What is the story behind the logo? The tree that is part of the logo for The Bone and Joint Destination Center has roots dating back to 1741 when French physician Nicholas Andry coined the term “orthopaedics.” He formed the word by combining two Greek words meaning “straight” and “child.”

While orthopedics has branched out to include every aspect of the musculoskeletal system, the “Tree of Andry,” which Andry used to illustrate his text, is still used worldwide as a symbol of the specialty. It depicts a crooked tree tied to a strong post to encourage it to grow straight – a metaphor for the correction of deformities in children.

For Artesia General Hospital’s Bone and Joint Destination Center, the tree also represents the orthopedic specialists’ dedication to using their skills and expertise to provide patients with an excellent experience. We’re growing strong as we build a Center of Excellence for our community and surrounding areas.

What is osteoarthritis?

Cartilage covers the ends of bones between joints. This tough, smooth tissue helps cushion the bones when they move with very little friction. Osteoarthritis, the most common form of arthritis, usually occurs in people over age 50. It occurs over time when the protective cartilage softens and wears away. It exposes the ends of the bones and allows them to rub against each other, resulting in pain and reduced motion or stiffness. Arthritis occurs as the result of disease, trauma or repetitive movement, or sometimes for no apparent reason at all. It can affect one joint or many, often in the knee or hip.

What are the most frequent complications?

Because hip and knee replacement surgeries are the most successful medical procedures performed today, most surgeries have no complications. When complications do arise, most can be successfully treated. Infection, blood clots and nerve damage are the most serious complications.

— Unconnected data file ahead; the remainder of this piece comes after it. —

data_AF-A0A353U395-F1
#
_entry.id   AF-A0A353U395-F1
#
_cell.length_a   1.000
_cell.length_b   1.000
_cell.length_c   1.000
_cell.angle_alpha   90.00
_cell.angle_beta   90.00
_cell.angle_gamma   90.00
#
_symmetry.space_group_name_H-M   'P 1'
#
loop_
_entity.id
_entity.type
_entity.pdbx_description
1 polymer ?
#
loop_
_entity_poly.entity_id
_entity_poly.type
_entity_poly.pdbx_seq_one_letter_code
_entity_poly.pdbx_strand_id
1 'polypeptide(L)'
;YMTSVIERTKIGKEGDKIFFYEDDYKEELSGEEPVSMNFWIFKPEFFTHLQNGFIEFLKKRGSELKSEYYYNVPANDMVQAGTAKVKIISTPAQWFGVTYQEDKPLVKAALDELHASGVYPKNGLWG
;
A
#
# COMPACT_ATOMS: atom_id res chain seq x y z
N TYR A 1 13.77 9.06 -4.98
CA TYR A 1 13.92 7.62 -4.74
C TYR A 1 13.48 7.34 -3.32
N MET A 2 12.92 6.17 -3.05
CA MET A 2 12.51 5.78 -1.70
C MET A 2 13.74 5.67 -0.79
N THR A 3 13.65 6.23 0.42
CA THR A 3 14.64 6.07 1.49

How long will my new joint last?

Although all implants have a limited life expectancy that varies based on your age, weight, activity level and overall health, most implants can be expected to last 15-20 years or more.

Will it be painful?

You will receive some kind of anesthesia during surgery. Afterward, you will feel some pain, but we will provide medications to keep you as comfortable as possible. After surgery, most patients control their pain with a pump that delivers the pain medication directly into their IV. Your surgeon and your care team will work with you to keep you as comfortable as possible throughout your joint replacement experience. When you are discharged from the hospital, you will receive instructions on how to manage your pain at home with behavior modification, ice therapy and oral pain medications.

What kind of anesthesia will I have during surgery?

The surgery will take approximately one to two hours. During this time, you will receive an anesthetic to control the pain in one of two ways. General anesthesia is where you are put to sleep. Spinal or epidural anesthesia numbs you from the waist down but does not put you to sleep. You, your surgeon and your anesthesiologist will determine which type of anesthesia will be best for you.